Business and Economics

Port of Indiana Sees First Ships of Int’l Shipping Season

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April 17, 2014 — Local waters are welcoming international traffic at a harbor in Portage, Ind. this week.

The Port of Indiana-Burns Harbor opened the 2014 international shipping season with the arrival of the M/V Isolda and the M/V Federal Nakagawa today.

Both ships carried steel from Ijmuiden, Holland, destined for Midwest manufacturers and are being unloaded by local workers from the International Longshoremen’s Association and International Union of Operating Engineers.

“Our port is open year-round to river barges and lake vessels depending upon ice conditions, but the arrival of the first ocean vessel signifies the start of the international shipping season,” says Rick Heimann, port director at the Port of Indiana-Burns Harbor. “The first ships not only bring important cargoes for local businesses and jobs for dockworkers, but also symbolize that Northwest Indiana’s gateway to the world is once again open for business.”

The Cyprus-flagged Isolda, a 653-foot bulk carrier, stopped in Cleveland before coming to the Port of Indiana. The vessel is captained by Arkadiusz Sienkiewicz from Poland and manned by a 23-person crew.

The Federal Nakagawa was built in 2005. The 21-person crew, led by Captain Rizwan Abdullah Mammoo, hails from India and Sri Lanka. The Hong Kong-flagged vessel also stopped in Cleveland, and will next head to Milwaukee.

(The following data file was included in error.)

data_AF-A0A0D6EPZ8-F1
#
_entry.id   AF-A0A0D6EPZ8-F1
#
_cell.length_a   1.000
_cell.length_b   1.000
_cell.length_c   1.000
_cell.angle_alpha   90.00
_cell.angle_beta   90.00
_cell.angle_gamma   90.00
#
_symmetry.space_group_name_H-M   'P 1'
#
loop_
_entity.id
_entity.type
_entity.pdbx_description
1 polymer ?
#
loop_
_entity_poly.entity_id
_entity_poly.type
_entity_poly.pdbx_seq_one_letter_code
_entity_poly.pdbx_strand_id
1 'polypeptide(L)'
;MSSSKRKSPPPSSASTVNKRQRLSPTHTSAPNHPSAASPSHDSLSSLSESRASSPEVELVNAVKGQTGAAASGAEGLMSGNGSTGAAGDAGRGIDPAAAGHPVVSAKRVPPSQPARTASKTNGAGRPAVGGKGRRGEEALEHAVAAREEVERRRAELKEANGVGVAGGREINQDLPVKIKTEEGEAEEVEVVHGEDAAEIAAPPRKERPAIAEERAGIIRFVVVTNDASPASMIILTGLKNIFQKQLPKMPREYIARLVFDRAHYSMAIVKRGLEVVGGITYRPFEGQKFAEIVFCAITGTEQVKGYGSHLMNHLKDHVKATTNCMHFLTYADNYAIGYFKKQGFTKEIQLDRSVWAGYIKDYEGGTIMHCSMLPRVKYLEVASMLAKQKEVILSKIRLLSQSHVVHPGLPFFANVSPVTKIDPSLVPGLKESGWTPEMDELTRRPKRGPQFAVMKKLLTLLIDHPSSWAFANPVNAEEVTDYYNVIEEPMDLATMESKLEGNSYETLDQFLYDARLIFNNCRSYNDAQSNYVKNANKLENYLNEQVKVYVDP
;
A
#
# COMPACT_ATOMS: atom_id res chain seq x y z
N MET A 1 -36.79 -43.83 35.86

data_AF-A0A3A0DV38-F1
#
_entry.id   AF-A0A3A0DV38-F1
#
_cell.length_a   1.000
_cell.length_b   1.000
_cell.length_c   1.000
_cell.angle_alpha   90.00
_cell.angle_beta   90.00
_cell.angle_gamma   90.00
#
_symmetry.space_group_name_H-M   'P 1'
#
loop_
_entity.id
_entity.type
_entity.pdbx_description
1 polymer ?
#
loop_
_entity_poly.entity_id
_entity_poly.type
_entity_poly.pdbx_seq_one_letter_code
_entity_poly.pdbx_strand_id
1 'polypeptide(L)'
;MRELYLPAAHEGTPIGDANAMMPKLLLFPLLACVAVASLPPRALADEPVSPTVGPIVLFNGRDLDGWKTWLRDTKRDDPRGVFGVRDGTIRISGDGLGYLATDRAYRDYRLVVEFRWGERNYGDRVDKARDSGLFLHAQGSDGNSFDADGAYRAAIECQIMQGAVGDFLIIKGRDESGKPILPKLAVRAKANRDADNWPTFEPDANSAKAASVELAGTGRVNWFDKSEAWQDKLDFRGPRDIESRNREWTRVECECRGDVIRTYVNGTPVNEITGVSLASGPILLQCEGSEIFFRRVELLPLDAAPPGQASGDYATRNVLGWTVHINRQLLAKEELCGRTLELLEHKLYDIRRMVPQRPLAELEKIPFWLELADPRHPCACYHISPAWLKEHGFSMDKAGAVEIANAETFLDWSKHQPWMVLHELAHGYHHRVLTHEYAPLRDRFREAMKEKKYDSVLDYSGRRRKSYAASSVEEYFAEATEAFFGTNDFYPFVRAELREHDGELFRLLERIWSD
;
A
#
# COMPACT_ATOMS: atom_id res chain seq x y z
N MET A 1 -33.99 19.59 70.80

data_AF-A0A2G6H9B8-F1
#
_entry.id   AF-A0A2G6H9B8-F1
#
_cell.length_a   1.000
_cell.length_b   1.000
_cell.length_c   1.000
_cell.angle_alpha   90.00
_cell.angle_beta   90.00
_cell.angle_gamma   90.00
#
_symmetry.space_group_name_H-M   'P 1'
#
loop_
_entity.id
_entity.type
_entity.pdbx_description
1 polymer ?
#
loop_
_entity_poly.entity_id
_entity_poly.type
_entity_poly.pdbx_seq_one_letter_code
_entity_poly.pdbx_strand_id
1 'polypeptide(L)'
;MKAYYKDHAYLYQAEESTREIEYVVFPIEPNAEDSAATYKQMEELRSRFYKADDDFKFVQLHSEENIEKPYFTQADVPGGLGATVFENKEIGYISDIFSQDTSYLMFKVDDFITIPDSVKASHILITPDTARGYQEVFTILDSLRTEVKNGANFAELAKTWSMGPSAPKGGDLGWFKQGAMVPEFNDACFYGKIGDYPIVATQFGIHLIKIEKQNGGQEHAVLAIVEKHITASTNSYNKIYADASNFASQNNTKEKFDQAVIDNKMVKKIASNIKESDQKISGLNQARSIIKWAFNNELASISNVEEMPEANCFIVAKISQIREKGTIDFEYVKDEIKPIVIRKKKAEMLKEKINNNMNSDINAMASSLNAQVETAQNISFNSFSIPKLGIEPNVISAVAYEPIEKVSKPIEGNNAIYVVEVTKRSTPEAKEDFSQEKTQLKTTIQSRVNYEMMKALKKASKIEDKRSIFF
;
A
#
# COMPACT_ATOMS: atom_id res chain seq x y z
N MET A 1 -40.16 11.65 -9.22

The vessels sailed together in a three-vessel flotilla through the Straits of Mackinac, maneuvering through still-icy conditions behind the Coast Guard Ice Cutter Hollyhock.

Port officials say Northwest Indiana produces more steel than any other region on the continent and the Port of Indiana is one of the top steel ports in the country.

According to Terence Bowles, president and CEO of the St. Lawrence Seaway Management Commission, more than 38 million metric tons of cargo is expected to move through the Seaway this year.

“The U.S. and European economies are improving, and this trend gives us reason to be optimistic,” Bowles said.

The Port of Indiana-Burns Harbor handled 2.5 million tons of cargo in 2013, the highest annual tonnage since 2006 and the second highest since 1998. Shipments were up 17 percent from 2012. Maritime operations at the Port of Indiana-Burns Harbor generate $4.3 billion per year in economic activity and support 33,000 total jobs.

Each year, officials from the Port of Indiana present the captain of the first ship with “The Steel Stein” which symbolizes Northwest Indiana’s enduring role as the steel capital of North America.

Source: The Ports of Indiana

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